This is part three of our three-part series on “How to build a committed worship team.” One of the most difficult challenges worship leaders face is building and developing a team of volunteers who are willing to put in the time and effort to achieve excellence in worship ministry. That's why I've created this series. I want to give you actionable tips for building a committed team.
In this article we are going to discuss ways in which you can improve your preparation for leading worship in order to increase your team’s commitment and pursuit of excellence. Here are four actionable tips to make this happen.
1. Lead by example
First, if you desire for your band to be committed to putting in practice time, showing up to rehearsal on time, and pushing themselves to achieve excellence, you must lead by example. If you are showing up late to rehearsal, and if you do not know how the song is supposed to go, why would your team ever want to care about committing to excellence? While you do not need to be a perfect musician, you need to make it obvious to your team that you are trying your absolute best to be prepared every week and that you are pushing yourself to grow in your skills every week. I recently talked with a pastor of a church that is only 10 years old and has 12,000 people attending multiple campuses on the weekend. This church has 100 people on staff and 20 of them are interns. The paid staff all feel like they are working their dream job and the interns have all committed 9 months of working for free. I asked this pastor “How did you create a culture at this church in which everyone one staff, paid and unpaid, are so committed to their jobs and doing their jobs with excellence.” He then told me that it’s one thing to have certain values for your organization, but ultimately the health of your team’s culture hinges on the example set by the leaders. Whether you are a worship leader with a team of 5 people or a leading a mega church of 12,000 people, the principle is still the same. You set the ultimate example for your team. It’s not easy to go the extra mile to over-prepare and put 110% into your work, but I think you’ll be amazed at the momentum of commitment and excellence your team will build when you consistently put in the hard work to set the example of what it looks like to be prepared to lead worship.
2. Respect the time of your volunteers
The second crucial aspect of preparation is respect the time of your volunteers. Many of your volunteers are giving up time with family, time they could be working, or time they could be relaxing to come help make your ministry possible. The worst thing you can do for your band is lead inefficient rehearsals that waste a lot of time. Do everything in your power to make sure your band has everything they need to rehearse at home, the chord charts you prepare for them are accurate, the sound system is functioning properly, and you yourself are the expert on all parts of the song so that you can give them clear direction if they have any questions. If you hap-hazardly plan and prepare for worship, not only will your volunteers do the same, but this will also feel disrespectful to them for the time they have sacrificed to be a part of the ministry. This sense of disrespect will then lead to a lack of commitment. If you do not care about their time, why should they care about your ministry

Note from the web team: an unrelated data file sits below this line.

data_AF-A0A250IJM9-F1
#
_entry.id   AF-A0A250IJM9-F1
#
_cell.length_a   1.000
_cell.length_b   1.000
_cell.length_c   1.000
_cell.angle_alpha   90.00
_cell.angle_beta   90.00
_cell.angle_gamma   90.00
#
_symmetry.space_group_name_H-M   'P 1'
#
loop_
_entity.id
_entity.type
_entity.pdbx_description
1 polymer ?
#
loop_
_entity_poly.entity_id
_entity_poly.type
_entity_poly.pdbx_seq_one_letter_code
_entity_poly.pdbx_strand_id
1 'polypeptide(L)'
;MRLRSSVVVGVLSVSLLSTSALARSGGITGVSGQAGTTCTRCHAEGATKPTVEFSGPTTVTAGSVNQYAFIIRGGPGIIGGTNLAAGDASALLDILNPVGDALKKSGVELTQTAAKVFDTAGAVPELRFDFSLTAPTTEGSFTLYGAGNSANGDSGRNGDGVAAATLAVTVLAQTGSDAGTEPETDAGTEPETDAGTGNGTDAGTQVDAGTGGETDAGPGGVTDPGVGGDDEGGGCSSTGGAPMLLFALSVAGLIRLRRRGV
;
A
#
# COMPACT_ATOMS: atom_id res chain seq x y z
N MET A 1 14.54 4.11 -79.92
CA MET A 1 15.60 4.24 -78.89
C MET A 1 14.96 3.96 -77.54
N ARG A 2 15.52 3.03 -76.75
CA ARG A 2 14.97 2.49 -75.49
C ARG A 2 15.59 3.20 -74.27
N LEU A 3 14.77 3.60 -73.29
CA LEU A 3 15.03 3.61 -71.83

3. Utilize worship training videos
The next way to improve preparation and increase commitment is to utilize the plethora of worship training videos that are available for you today. Here are a few different resources you and your band should be using. First, look for tutorial and training videos on youtube. As you know, Youtube has so much free content, and while some of it is garbage, there is a lot of helpful videos out there on how to play the drum, piano, and guitar parts for nearly every worship song. If you know you band members need extra help with their instrument, send them the Youtube links to helpful videos. The second type of resource available to you and your band are paid tutorial videos. Resources like Worship Online and The Worship Initiative have excellent tutorial videos on individual instrument parts that will be a huge asset for your team.
4. Offer one-on-one training and practice sessions
The final way to increase preparation in order to improve your team’s commitment is to offer them one-on-one training and practice sessions. While this will require more of your time, you will also find this to be an incredibly effective way to help your team grow as well as develop your relationships with them. I often find that the drummer has the most difficult and important job in the worship band. Everyone else can make mistakes but nothing kills a worship set quite like an off drummer. That is why if I am working with an inexperienced drummer, an experienced drummer who is new to worship, or if the band is going to play a song that has a really tricky but crucial drum part, I will strategically schedule one-on-one rehearsals with the drummer to make sure he or she knows the song well. The same can apply to any instrument or vocalist, but I find that most of the time if I can make sure the drummer is on point, everyone else will be on point. This extra rehearsal may be a day or two before the full band rehearsal and could allow you to make proper changes to the set if for some reason a key musician cannot nail their part. I also think this one-on-one time is another effective way to show your musicians that you care about them and their progress.
Preparation is key to building a committed worship team. Do your best to lead by example, respect their time, resource them, and provide one-on-one trainings. I promise you will see them be more willing to commit and grow in excellence.